California aims to put dirty trucks in rear-view mirror

Your guide to California policy and politics
Ben Christopher BY Ben Christopher September 16, 2022
Presented by New California Coalition and California Water Service

California aims to put dirty trucks in rear-view mirror

California’s environmental regulators have been on a tear lately. Late last month, the California Air Resources Board introduced a new rule banning the sale of new gasoline-powered cars in California, starting in 2035. 

This week, the board turned its regulatory gaze to the state’s fleet of big-rigs.

As CalMatters’ environment reporter Nadia Lopez writes, California aims to phase out the use of fossil-fuel burning medium- and heavy-duty trucks. The deadline: 2040.

Transportation is the state’s largest source of planet-warming emissions and trucks make up about a quarter of those tailpipe emissions nationwide. In addition, they’re also a prime source of smog and asthma-causing particulates that disproportionately choke the air of low-income neighborhoods in California.

California prides itself on being first to roll out aggressive climate policies and this is a worldwide first. That has truckers worried.

  • California Trucking Association’s Chris Shimoda: “We’re flying blind into some pretty major questions about the practicality of actually implementing this rule.”

Not that California is short on aggressive climate policies. Today, Newsom signed a package of bills that a press release referred to as “some of the nation’s most aggressive climate measures in history.” 

The signing ceremony in Solano County was “clean energy-powered,” no less.

Among the bills Newsom signed are four climate and energy bills that he pitched to the Legislature in the final weeks of the session this year. 

  • AB 1279 will put into state law the existing policy goal of reaching statewide “carbon neutrality” by 2045.
  • SB 1020 will set benchmarks that the state electric grid has to hit before sourcing all of its power from renewable sources by 2045.
  • SB 905 will require the Air Resources Board to come up with regulations for projects that capture, reuse and store carbon emissions.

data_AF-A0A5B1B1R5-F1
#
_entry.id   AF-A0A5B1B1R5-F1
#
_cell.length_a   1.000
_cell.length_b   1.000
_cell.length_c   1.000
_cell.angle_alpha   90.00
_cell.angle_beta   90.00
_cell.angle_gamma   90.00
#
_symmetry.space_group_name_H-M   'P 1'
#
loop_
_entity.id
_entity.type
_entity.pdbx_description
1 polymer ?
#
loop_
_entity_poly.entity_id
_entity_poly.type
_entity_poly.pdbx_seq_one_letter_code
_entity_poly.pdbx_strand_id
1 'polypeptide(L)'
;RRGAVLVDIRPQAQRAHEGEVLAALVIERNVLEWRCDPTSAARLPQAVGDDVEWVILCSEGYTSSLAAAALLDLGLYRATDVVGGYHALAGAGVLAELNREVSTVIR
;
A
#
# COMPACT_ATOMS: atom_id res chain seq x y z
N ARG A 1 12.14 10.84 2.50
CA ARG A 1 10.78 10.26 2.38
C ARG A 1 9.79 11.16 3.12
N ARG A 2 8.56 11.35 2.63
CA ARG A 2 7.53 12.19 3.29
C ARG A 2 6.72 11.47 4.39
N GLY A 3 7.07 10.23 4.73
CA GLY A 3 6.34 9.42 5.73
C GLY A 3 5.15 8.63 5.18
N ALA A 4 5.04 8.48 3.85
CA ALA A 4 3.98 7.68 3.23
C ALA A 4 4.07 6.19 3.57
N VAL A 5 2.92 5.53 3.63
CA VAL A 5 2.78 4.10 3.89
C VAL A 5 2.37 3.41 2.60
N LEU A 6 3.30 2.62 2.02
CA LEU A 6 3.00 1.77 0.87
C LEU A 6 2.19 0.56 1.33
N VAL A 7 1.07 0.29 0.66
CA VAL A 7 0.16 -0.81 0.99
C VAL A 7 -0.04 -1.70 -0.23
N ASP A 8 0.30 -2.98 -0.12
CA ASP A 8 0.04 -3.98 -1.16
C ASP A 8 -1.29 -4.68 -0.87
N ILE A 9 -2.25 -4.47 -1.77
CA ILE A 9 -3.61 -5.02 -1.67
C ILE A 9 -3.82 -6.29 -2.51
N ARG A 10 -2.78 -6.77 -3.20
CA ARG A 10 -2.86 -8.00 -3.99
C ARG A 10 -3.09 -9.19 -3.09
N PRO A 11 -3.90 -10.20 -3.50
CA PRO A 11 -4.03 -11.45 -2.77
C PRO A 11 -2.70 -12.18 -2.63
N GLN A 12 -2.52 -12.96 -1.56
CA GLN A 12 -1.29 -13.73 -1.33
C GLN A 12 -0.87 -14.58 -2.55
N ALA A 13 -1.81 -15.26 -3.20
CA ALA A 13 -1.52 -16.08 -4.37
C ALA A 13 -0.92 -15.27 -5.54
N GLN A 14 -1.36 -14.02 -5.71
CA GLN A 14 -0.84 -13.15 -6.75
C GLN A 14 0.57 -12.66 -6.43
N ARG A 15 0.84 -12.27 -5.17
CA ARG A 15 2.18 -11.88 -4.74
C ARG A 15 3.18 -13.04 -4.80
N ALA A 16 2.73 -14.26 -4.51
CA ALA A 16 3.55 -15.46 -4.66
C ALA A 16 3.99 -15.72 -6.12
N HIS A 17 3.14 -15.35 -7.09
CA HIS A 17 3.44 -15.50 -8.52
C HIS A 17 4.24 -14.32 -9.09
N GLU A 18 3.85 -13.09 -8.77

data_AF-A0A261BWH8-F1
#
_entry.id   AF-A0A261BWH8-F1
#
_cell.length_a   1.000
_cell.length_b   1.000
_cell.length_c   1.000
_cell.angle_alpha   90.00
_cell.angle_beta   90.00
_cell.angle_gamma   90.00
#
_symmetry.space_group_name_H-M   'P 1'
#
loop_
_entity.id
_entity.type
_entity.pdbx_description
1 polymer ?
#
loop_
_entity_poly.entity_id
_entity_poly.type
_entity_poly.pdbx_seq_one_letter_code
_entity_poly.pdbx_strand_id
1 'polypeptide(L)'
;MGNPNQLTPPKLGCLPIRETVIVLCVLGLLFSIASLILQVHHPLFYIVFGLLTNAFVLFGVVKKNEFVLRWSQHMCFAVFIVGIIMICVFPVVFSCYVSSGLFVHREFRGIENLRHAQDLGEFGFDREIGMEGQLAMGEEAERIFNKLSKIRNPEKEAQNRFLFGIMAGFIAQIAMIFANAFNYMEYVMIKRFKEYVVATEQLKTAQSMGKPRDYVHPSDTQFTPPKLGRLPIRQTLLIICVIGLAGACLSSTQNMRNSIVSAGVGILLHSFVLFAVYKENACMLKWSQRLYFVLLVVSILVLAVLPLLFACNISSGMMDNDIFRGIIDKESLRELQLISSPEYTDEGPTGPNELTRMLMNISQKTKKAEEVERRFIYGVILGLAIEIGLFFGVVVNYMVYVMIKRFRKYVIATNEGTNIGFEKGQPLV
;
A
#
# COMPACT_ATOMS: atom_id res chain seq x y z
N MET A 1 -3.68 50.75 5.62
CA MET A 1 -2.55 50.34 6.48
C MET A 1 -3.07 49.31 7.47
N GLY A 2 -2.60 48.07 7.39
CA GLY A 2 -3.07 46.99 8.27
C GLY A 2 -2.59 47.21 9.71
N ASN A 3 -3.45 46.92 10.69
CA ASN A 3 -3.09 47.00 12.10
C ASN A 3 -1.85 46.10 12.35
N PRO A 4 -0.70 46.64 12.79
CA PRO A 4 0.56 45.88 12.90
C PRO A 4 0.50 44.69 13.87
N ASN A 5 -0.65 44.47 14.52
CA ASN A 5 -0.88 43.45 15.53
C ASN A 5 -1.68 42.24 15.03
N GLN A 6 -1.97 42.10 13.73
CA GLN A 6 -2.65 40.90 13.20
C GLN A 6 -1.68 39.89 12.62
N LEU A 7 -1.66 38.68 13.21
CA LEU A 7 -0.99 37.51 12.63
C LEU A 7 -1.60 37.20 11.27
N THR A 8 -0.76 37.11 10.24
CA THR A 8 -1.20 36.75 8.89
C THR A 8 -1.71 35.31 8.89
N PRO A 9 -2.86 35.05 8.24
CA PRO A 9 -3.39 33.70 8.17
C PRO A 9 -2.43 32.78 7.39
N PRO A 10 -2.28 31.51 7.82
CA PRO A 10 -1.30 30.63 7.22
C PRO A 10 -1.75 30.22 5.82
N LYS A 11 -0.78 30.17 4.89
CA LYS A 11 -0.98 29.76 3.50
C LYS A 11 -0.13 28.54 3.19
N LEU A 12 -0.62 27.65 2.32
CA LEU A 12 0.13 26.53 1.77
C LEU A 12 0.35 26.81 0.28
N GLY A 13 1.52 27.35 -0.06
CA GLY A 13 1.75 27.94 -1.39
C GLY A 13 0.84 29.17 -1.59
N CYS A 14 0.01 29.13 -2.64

• SB 1137 will ban the drilling of any new oil and gas wells within 3,200 feet of homes, schools, nursing homes and hospitals, effectively banning the activity from most developed areas in the state

You can keep tabs on the hot-button proposals that Newsom has and hasn’t signed with CalMatters’ updating tracker.


The coronavirus bottom line: As of Tuesday, California had 10,354,899 confirmed cases (+0.1% from previous report) and 94,747 deaths (+0.2%), according to state data now updated just once a week on Thursdays. CalMatters is also tracking coronavirus hospitalizations by county.

California has administered 79,750,545 vaccine doses, and 72.1% of eligible Californians are fully vaccinated.


1 Eighteen billboards outside Sacramento, California

Gov. Gavin Newsom speaks during the State of the State in Sacramento on March 8, 2022. Photo by Miguel Gutierrez Jr., CalMatters
Gov. Gavin Newsom speaks during the State of the State address in Sacramento on March 8, 2022. Photo by Miguel Gutierrez Jr., CalMatters

Alabama invites out-of-staters to come “Take it all in.” Ohio has “Find It Here.” Washington once went with “Say Wa.”

But Thursday, Gov. Newsom rolled out a very different kind of state tourism campaign: In seven states with complete or near-bans on abortions, the governor has rented 18 billboards touting California as a reproductive health care haven.

  • The message in one billboard ad: “Need an abortion? California is ready to help.”

The billboards then direct drivers-by in Indiana, Mississippi, Ohio, Oklahoma, South Carolina, South Dakota and Texas to visit a new state website that includes information about how to find a provider in California.

Side note: There are apparently no plans to erect a 19th billboard in Temecula, though a city councilmember proposed a ban on abortions in the Riverside County city on Tuesday.

These billboards are not funded by taxpayers, but by the governor’s reelection committee. Newsom campaign spokesperson Nathan Click said the total cost works out to roughly $100,000.

Evidently, the governor isn’t particularly concerned about his reelection chances. A statewide poll out this week found him leading his Republican opponent, state Sen. Brian Dahle, by 27 percentage points.

When news of this billboard gambit broke on Thursday, the California press corps was as surprised as anyone. The Washington Post, a newspaper with a nationwide readership, got the exclusive.

For Newsom, who has sworn repeatedly that he has no interest in running for national office, it’s yet another move consistent with someone interested in running for national office. 

Though critics of the governor might call this grandstanding, at least the governor was only placing billboards in other states and not human beings. 

This week, Republican Govs. Ron DeSantis of Florida and Greg Abbott of Texas took credit for sending migrants from South America to liberal enclaves to the north in an apparent effort to penalize self-proclaimed “sanctuary” jurisdictions such as Massachusetts and Washington, D.C. 

No such buses or planes have arrived in California yet, though it may be only a matter of time. Newsom responded by calling upon U.S. Attorney General Merrick Garland to investigate his Republican counterparts for kidnapping, racketeering and civil rights violations.

  • Newsom: “Clearly, transporting families, including children, across state lines under false pretenses is morally reprehensible, but it may also be illegal.”

2 ‘Eye-popping’ health costs

A sign advertising Covered California health care in San Ysidro on Oct. 26, 2017. REUTERS/Mike Blake